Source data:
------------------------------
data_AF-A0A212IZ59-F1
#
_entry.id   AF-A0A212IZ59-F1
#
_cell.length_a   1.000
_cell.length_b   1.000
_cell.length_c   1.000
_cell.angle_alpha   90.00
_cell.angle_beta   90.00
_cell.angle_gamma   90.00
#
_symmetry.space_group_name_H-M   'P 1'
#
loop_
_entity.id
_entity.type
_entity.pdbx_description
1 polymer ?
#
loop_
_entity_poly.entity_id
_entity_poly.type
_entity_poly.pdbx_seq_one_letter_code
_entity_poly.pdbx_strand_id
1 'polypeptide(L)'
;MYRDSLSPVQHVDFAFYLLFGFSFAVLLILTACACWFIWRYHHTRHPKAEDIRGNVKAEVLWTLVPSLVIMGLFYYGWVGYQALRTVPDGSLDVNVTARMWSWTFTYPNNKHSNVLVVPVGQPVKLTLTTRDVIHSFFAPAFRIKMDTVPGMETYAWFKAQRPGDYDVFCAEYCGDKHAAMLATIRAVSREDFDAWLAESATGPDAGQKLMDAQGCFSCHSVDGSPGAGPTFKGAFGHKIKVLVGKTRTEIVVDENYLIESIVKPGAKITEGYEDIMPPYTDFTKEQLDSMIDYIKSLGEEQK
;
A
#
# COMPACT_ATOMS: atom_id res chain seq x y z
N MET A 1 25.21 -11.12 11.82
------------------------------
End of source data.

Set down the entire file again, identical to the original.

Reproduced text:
data_AF-A0A212IZ59-F1
#
_entry.id   AF-A0A212IZ59-F1
#
_cell.length_a   1.000
_cell.length_b   1.000
_cell.length_c   1.000
_cell.angle_alpha   90.00
_cell.angle_beta   90.00
_cell.angle_gamma   90.00
#
_symmetry.space_group_name_H-M   'P 1'
#
loop_
_entity.id
_entity.type
_entity.pdbx_description
1 polymer ?
#
loop_
_entity_poly.entity_id
_entity_poly.type
_entity_poly.pdbx_seq_one_letter_code
_entity_poly.pdbx_strand_id
1 'polypeptide(L)'
;MYRDSLSPVQHVDFAFYLLFGFSFAVLLILTACACWFIWRYHHTRHPKAEDIRGNVKAEVLWTLVPSLVIMGLFYYGWVGYQALRTVPDGSLDVNVTARMWSWTFTYPNNKHSNVLVVPVGQPVKLTLTTRDVIHSFFAPAFRIKMDTVPGMETYAWFKAQRPGDYDVFCAEYCGDKHAAMLATIRAVSREDFDAWLAESATGPDAGQKLMDAQGCFSCHSVDGSPGAGPTFKGAFGHKIKVLVGKTRTEIVVDENYLIESIVKPGAKITEGYEDIMPPYTDFTKEQLDSMIDYIKSLGEEQK
;
A
#
# COMPACT_ATOMS: atom_id res chain seq x y z
N MET A 1 25.21 -11.12 11.82